The orders released today by the U.S. Supreme Court from its January 10 conference did not include any orders regarding the petition for a writ of certiorari filed by the plaintiffs in Collins v. Mnuchin or the petition filed by the FHFA and Treasury Department.  The case dockets indicated that briefing on the petitions was submitted for last Friday’s conference.

In its en banc decision in Collins, the Fifth Circuit held the FHFA’s structure is unconstitutional because the Housing and Economic Recovery Act of 2008 (HERA) only allows the President to remove the FHFA’s Director “for cause.”  While ruling that the FHFA’s structure is unconstitutional, the en banc Fifth Circuit concluded that the appropriate remedy for the constitutional violation was to sever HERA’s for-cause removal provision but not to invalidate an amendment to a stock agreement as sought by the plaintiff shareholders in the case.  In their cert petition, the shareholders challenge the Fifth Circuit’s severance analysis and refusal to invalidate the amendment based on the FHFA’s unconstitutionality.  In their cert petition, the FHFA and Treasury challenge the Fifth Circuit’s reversal of the district court’s dismissal of the plaintiffs’ statutory claim against the FHFA.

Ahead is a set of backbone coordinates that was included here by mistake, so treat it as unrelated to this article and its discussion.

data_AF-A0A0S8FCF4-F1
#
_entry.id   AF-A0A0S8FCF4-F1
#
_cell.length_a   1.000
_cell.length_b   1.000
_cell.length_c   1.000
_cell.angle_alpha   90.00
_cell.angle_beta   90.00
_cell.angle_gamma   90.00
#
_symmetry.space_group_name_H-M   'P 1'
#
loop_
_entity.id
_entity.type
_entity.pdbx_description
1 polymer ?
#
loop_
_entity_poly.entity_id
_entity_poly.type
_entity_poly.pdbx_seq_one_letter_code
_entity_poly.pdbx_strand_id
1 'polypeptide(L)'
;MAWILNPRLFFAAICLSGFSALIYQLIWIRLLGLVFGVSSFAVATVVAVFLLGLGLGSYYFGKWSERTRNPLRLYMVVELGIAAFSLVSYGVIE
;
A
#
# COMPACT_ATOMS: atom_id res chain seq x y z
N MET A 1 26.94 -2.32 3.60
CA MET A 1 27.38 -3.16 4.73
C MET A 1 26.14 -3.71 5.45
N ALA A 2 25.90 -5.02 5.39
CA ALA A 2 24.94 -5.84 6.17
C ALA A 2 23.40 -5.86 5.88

We previously commented that because the Supreme Court has agreed to decide in Seila Law whether the CFPB’s structure is constitutional and whether severance of the Dodd-Frank Act’s for-cause removal provision would be the appropriate remedy for a constitutional violation, and resolution of those questions could impact the amendment’s validity, the Supreme Court might grant the petitions and hold them pending its ruling in Seila Law.  The absence of any orders from the January 10 conference on the certiorari petitions in Collins could indicate that the Supreme Court is instead holding a decision on the petitions until it issues a ruling in Seila Law.